COLAND Case Study 2020 - Brugge - Zeebrugge

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Area Zeebrugge
Place Brugge
Country Belgium
Topics Zeebrugge Port, Natura 2000 SItes
Author(s) Shaurav Paul, Md Zasim Uddin, Chiara Lofferdi, Melissa Zapata, Balient, Nahian Zobaid, Amala sunny, Nayan Jeel
Zeebrugge Collected.jpeg


Zeebrugge is located on the very western side of Belgium. The nearby city is Brugge, which has historical significance and also a great location for tourism nowadays. This area is one of the major economic hubs of Belgium. Zeebrugge harbour, which is one of the 4 harbours of Belgium, is located here. This harbour had direct access to the North sea. This area is also famous for sea-side recreation and tourism. Mane industries are growing here. Besides, there are some special Natura 200 sites alongside.

Because of all the reason, this site has very special characteristics for the study and development policy of Coastal Landscape Development.

Location and scope

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A Landscape System Analysis

A.1 Landscape layers and their system context

Geomorphology, landscape units and coastal typology

The name of the city comes from the word "Bryghia", meaning ‘landing stage' in Norse. It is an example of the medieval settlement. Bruges was named in 2002 as a cultural capital and is considered a UNESCO World Heritage Site From the beginning of its development, Bruges had has an important connection with the coast. Originally it was a landing place on the Zwin estuary, into which the Reie River flowed. In the 12th century, Bruges gained city status, but soon after the Zwin started to silt up. Bruges adapted by creating outports in Damme and Sluis; simultaneously, land transport became more and more prevalent. Another important factor in the costal zone of the studio area is the Blankenberge pier built in 1933. Likewise, the port of Zeebrugge (initially a village) has been developed since 1895. This is the area with the biggest changes since the small fishing settlement, dating from the end of the 19th century that was surrounded by natural beaches and dunes, was dwarfed by the enormous manmade harbour. All these interventions show the important commercial influence of the city, according to which, the coast typology can be defined as a set of man-made interventions among which, the tourist and commercial activities of the port are the most significant of the environment given its proportions.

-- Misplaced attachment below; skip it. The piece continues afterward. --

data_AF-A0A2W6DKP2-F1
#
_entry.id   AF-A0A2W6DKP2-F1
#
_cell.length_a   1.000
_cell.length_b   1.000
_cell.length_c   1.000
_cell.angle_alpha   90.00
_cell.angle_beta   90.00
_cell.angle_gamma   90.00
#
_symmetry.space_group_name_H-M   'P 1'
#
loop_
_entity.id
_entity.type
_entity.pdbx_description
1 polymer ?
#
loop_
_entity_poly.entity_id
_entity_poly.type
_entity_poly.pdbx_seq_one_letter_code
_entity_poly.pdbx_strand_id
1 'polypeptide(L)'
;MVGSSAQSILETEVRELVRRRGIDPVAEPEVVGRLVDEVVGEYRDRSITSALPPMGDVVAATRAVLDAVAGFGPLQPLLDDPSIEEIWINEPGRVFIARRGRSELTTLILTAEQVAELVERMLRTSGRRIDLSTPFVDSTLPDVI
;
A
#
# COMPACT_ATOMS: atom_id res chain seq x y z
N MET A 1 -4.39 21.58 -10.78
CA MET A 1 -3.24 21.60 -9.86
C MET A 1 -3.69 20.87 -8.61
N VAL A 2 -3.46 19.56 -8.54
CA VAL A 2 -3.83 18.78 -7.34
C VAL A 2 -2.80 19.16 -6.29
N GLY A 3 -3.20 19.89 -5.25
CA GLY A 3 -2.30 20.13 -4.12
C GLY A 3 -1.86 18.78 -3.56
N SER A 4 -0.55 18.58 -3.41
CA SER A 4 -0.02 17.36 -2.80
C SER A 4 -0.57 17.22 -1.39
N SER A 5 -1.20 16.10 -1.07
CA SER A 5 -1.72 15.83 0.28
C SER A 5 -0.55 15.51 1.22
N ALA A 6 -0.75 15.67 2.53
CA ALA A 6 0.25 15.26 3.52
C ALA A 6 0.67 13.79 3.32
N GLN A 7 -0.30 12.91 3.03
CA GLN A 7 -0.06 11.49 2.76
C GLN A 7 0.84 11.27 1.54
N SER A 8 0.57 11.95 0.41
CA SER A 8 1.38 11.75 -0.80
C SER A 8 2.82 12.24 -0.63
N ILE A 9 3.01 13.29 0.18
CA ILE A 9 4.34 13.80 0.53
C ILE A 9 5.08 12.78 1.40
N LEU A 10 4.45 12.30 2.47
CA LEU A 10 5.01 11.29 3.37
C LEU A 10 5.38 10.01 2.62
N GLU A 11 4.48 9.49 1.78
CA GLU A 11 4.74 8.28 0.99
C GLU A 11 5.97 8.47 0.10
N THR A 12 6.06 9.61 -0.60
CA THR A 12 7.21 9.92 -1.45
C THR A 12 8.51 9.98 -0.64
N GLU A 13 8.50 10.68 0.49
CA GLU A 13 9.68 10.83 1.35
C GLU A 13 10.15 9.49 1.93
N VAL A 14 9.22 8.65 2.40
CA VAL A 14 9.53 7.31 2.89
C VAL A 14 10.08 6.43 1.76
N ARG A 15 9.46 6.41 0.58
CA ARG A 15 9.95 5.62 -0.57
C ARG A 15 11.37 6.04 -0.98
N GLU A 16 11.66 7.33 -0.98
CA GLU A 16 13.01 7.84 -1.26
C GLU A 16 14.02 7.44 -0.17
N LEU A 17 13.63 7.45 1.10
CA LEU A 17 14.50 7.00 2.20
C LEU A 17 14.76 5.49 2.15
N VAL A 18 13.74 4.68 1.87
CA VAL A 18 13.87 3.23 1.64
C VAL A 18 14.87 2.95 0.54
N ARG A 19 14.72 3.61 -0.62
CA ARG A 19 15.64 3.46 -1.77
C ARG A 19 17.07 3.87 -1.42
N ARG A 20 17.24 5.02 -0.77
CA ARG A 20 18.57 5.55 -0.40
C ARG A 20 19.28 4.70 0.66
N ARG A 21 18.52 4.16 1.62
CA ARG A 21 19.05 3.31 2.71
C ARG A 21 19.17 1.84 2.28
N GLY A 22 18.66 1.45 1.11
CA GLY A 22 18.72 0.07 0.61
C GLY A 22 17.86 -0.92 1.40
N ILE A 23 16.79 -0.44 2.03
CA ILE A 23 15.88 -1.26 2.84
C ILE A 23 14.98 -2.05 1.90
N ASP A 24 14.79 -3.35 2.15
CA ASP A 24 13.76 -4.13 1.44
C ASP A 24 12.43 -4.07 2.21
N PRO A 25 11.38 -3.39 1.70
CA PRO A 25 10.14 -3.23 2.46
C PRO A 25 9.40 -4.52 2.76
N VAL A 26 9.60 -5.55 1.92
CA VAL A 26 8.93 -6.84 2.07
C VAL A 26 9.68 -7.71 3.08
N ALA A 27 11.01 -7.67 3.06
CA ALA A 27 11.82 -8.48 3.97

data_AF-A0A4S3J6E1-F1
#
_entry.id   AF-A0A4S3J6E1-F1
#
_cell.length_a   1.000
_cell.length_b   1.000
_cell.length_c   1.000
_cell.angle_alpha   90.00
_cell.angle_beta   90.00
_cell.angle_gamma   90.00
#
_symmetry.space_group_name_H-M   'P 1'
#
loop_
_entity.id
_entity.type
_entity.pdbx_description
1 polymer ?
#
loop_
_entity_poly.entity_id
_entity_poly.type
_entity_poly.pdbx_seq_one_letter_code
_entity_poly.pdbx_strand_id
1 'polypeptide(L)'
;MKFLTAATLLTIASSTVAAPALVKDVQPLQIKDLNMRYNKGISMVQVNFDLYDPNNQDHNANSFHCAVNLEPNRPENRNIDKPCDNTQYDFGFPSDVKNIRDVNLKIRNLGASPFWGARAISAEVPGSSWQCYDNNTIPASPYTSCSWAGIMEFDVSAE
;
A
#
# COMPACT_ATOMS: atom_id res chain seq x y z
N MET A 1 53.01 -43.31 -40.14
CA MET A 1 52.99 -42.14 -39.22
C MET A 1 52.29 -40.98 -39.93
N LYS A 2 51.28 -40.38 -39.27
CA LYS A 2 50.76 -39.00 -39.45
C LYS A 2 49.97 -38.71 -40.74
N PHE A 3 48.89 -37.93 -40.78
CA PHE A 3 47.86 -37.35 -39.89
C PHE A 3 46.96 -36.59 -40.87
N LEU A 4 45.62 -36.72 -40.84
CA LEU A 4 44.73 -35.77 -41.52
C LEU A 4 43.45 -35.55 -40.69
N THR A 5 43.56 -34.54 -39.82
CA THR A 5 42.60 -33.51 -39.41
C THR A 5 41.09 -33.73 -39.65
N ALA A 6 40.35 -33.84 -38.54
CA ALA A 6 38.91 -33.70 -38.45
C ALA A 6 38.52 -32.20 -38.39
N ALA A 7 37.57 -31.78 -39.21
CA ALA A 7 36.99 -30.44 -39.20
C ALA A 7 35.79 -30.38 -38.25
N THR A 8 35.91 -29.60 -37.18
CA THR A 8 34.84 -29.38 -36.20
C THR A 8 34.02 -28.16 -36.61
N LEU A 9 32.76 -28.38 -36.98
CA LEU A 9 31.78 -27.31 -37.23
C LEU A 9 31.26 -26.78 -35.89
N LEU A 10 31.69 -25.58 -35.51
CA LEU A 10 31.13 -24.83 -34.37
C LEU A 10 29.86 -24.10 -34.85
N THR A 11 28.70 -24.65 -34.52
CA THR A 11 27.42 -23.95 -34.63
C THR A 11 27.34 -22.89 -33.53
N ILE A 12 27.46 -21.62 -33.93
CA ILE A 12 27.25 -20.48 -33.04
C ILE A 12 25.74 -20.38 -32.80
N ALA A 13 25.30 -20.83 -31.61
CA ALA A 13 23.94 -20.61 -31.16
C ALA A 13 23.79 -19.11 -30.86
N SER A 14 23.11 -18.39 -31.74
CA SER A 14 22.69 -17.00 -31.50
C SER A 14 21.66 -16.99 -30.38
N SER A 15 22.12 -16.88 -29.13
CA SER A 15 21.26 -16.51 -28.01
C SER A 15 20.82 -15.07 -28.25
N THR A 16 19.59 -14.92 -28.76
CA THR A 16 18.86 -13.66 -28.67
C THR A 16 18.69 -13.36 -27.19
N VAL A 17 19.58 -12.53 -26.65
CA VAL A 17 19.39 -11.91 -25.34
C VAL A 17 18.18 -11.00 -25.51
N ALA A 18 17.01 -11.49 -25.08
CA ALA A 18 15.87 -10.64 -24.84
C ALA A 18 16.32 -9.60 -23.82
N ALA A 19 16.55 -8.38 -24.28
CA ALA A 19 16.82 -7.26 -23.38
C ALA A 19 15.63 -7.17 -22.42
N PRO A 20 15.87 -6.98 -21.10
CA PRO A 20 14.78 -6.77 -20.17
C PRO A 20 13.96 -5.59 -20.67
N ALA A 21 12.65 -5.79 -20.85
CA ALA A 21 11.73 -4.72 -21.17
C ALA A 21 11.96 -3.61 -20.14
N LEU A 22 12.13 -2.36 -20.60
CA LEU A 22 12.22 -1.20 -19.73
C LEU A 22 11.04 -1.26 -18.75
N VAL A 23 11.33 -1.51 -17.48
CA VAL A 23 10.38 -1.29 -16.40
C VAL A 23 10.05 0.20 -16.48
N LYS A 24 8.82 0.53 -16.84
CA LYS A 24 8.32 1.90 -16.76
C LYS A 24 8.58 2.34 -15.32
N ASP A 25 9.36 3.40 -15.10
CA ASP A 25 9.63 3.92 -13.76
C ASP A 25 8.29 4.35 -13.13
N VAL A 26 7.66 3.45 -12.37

Land use

Blue/Green Infrastructure

Blue Infrastructure: There are 4 Major elements of existing Blue Infrastructure. 1st one is obviously the North Sea which is connecting Belgium with the western side. Then there is the Zeebrugge harbour area. Although it is a part of the sea, it has an enclosed site area with different functions, so it can be marked as a separate and most dominant element Blue Infrastructure of that area. After that, there are two canal connections here in this site. One is connecting the city harbour with the main port area, and the other is connecting with the Dijver canal. This canal connection is well spread in the Brugee city and that’s why this city is called the “Venice of the North”.And the last one is the Wetland area, located in the side of Zeeburgee Harbor which actually helps to improve the water quality, reduce coastal storm damage and maintain ecosystem productivity.

Green Infrastructure: From the map, it’s notable that the most of the study area except Zeebrugge harbour is occupied by Pastureland – which is generally covered with grass and other low plants and suitable for grazing animals, especially cattle or sheep. Then there a small portion of forest and Treelines. It is actually the green canopied area beside the canals and some small chunk of tress. Then there is the 3rd map of Urban Green area, which consists of Parks, Lawns and green recreational area. After that, there is some arable land in between the Pasture lands, which are used for agriculture and farming. And lastly, there is some herbaceous Vegetation, which is consist of Moors and grassland.

Actors and stakeholders

In the federal structure of Belgium, Flanders Region has full powers for spatial and environmental planning (industrial and economic development, seaports, coastal infrastructure, natural areas etc.) while the federal government has limited or no power in these matters. To varying degrees, both West-Flanders Province and Brugge Municipality, play a role of conversion through structural and implementation plans. Change in the Zeebrugge area is predominantly driven by seaport development and the related economies and investments, as well as by the compensation scheme to create new natural sites. Because these competencies primarily belong to the Flemish Region and the West-Flanders Province, and not to the city of Brugge, citizens who are living in this territory has limited power to influence policymaking.